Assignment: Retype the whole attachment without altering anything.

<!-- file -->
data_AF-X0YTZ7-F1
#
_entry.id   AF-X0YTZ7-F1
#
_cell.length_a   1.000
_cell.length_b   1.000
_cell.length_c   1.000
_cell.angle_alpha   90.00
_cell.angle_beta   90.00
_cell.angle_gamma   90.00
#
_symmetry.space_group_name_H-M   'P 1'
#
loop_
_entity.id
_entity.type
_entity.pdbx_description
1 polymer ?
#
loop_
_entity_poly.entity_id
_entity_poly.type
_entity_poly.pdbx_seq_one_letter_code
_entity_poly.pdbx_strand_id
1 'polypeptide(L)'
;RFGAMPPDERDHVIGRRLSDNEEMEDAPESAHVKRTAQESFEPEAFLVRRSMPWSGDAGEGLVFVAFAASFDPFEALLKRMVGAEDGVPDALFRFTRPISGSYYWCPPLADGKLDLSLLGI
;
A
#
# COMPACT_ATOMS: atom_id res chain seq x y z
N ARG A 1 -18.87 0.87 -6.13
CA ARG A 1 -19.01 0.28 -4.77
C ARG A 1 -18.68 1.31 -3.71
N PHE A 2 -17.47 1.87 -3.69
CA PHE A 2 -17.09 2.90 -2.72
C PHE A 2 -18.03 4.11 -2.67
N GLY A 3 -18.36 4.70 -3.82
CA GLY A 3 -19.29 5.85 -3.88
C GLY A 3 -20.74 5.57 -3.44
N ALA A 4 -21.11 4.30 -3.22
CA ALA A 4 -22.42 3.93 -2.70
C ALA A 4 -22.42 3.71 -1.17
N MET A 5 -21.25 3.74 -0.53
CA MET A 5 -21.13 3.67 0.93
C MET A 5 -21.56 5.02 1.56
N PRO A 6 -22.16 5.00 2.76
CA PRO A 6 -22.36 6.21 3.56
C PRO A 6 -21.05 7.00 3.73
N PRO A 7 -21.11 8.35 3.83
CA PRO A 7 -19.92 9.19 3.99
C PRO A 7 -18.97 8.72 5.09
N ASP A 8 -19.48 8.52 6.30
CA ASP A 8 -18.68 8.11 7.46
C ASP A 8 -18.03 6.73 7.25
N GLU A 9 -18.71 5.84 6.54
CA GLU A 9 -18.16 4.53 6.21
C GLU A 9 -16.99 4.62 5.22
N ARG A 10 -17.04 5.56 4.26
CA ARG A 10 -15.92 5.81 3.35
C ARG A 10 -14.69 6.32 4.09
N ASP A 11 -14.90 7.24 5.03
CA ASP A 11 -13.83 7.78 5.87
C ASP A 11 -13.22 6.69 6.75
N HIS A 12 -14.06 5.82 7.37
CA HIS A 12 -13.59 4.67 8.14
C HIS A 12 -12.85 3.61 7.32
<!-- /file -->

data_AF-X0YTZ7-F1
#
_entry.id   AF-X0YTZ7-F1
#
_cell.length_a   1.000
_cell.length_b   1.000
_cell.length_c   1.000
_cell.angle_alpha   90.00
_cell.angle_beta   90.00
_cell.angle_gamma   90.00
#
_symmetry.space_group_name_H-M   'P 1'
#
loop_
_entity.id
_entity.type
_entity.pdbx_description
1 polymer ?
#
loop_
_entity_poly.entity_id
_entity_poly.type
_entity_poly.pdbx_seq_one_letter_code
_entity_poly.pdbx_strand_id
1 'polypeptide(L)'
;RFGAMPPDERDHVIGRRLSDNEEMEDAPESAHVKRTAQESFEPEAFLVRRSMPWSGDAGEGLVFVAFAASFDPFEALLKRMVGAEDGVPDALFRFTRPISGSYYWCPPLADGKLDLSLLGI
;
A
#
# COMPACT_ATOMS: atom_id res chain seq x y z
N ARG A 1 -18.87 0.87 -6.13
CA ARG A 1 -19.01 0.28 -4.77
C ARG A 1 -18.68 1.31 -3.71
N PHE A 2 -17.47 1.87 -3.69
CA PHE A 2 -17.09 2.90 -2.72
C PHE A 2 -18.03 4.11 -2.67
N GLY A 3 -18.36 4.70 -3.82
CA GLY A 3 -19.29 5.85 -3.88
C GLY A 3 -20.74 5.57 -3.44
N ALA A 4 -21.11 4.30 -3.22
CA ALA A 4 -22.42 3.93 -2.70
C ALA A 4 -22.42 3.71 -1.17
N MET A 5 -21.25 3.74 -0.53
CA MET A 5 -21.13 3.67 0.93
C MET A 5 -21.56 5.02 1.56
N PRO A 6 -22.16 5.00 2.76
CA PRO A 6 -22.36 6.21 3.56
C PRO A 6 -21.05 7.00 3.73
N PRO A 7 -21.11 8.35 3.83
CA PRO A 7 -19.92 9.19 3.99
C PRO A 7 -18.97 8.72 5.09
N ASP A 8 -19.48 8.52 6.30
CA ASP A 8 -18.68 8.11 7.46
C ASP A 8 -18.03 6.73 7.25
N GLU A 9 -18.71 5.84 6.54
CA GLU A 9 -18.16 4.53 6.21
C GLU A 9 -16.99 4.62 5.22
N ARG A 10 -17.04 5.56 4.26
CA ARG A 10 -15.92 5.81 3.35
C ARG A 10 -14.69 6.32 4.09
N ASP A 11 -14.90 7.24 5.03
CA ASP A 11 -13.83 7.78 5.87
C ASP A 11 -13.22 6.69 6.75
N HIS A 12 -14.06 5.82 7.37
CA HIS A 12 -13.59 4.67 8.14
C HIS A 12 -12.85 3.61 7.32